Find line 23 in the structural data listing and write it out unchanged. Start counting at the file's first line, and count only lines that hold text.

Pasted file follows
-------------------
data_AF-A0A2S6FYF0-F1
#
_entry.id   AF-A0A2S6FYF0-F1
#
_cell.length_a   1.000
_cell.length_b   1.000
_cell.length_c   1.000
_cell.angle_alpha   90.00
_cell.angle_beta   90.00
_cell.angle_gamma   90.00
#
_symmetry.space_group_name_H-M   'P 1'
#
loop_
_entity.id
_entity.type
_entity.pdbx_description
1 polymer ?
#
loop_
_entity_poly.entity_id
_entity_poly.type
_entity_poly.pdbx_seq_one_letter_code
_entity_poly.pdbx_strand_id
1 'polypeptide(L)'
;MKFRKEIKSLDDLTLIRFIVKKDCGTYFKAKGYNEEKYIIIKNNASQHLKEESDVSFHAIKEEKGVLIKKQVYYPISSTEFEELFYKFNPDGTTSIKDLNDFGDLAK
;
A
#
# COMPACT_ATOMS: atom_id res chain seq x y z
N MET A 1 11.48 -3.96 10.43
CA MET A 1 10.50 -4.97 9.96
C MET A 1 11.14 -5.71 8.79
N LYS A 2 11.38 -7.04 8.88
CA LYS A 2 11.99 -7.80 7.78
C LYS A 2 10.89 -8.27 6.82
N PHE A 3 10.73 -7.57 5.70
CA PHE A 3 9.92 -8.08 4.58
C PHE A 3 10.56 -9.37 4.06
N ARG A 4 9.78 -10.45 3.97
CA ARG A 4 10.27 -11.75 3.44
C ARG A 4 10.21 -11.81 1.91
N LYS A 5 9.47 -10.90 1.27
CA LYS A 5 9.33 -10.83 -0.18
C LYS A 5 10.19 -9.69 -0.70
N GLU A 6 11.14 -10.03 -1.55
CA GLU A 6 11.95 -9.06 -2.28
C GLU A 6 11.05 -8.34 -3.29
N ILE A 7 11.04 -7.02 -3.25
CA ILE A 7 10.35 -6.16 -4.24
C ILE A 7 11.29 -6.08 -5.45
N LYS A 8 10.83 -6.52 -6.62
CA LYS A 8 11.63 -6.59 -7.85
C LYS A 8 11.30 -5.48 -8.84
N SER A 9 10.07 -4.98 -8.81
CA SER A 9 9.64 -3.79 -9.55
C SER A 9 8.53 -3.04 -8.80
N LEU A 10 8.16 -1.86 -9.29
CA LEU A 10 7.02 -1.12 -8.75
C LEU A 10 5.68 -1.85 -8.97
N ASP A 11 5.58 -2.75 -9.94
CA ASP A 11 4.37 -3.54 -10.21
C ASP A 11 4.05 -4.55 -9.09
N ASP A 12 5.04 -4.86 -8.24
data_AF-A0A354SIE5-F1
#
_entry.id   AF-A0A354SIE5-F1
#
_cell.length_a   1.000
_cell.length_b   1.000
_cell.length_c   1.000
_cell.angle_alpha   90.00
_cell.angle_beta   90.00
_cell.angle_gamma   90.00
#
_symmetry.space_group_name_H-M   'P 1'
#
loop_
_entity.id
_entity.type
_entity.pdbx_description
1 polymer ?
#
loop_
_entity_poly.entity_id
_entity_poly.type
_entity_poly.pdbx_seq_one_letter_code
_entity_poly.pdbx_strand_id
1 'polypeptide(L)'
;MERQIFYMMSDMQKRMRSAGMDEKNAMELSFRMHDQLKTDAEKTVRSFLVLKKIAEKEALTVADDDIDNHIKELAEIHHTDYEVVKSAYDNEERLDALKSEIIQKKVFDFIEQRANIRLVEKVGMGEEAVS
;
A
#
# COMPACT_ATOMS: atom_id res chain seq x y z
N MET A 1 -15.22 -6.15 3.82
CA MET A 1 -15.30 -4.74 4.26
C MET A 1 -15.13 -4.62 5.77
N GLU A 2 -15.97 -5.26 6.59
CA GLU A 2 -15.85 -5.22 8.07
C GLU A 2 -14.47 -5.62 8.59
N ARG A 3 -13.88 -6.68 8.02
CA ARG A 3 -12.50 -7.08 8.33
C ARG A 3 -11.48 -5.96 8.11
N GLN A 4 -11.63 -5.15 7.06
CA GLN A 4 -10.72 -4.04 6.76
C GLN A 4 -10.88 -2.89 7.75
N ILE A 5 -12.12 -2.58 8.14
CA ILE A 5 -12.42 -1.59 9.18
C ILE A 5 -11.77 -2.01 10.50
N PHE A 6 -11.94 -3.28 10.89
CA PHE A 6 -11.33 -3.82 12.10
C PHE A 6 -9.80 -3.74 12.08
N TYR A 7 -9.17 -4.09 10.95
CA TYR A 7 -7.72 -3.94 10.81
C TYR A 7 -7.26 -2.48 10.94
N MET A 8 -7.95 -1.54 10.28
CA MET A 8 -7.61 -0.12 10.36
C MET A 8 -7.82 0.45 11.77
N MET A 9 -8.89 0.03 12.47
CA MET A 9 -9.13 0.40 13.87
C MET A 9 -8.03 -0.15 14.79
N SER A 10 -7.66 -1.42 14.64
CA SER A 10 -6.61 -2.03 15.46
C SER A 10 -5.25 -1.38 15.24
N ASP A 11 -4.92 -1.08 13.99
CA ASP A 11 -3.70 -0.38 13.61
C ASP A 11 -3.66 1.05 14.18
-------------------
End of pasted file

_entity_poly.pdbx_seq_one_letter_code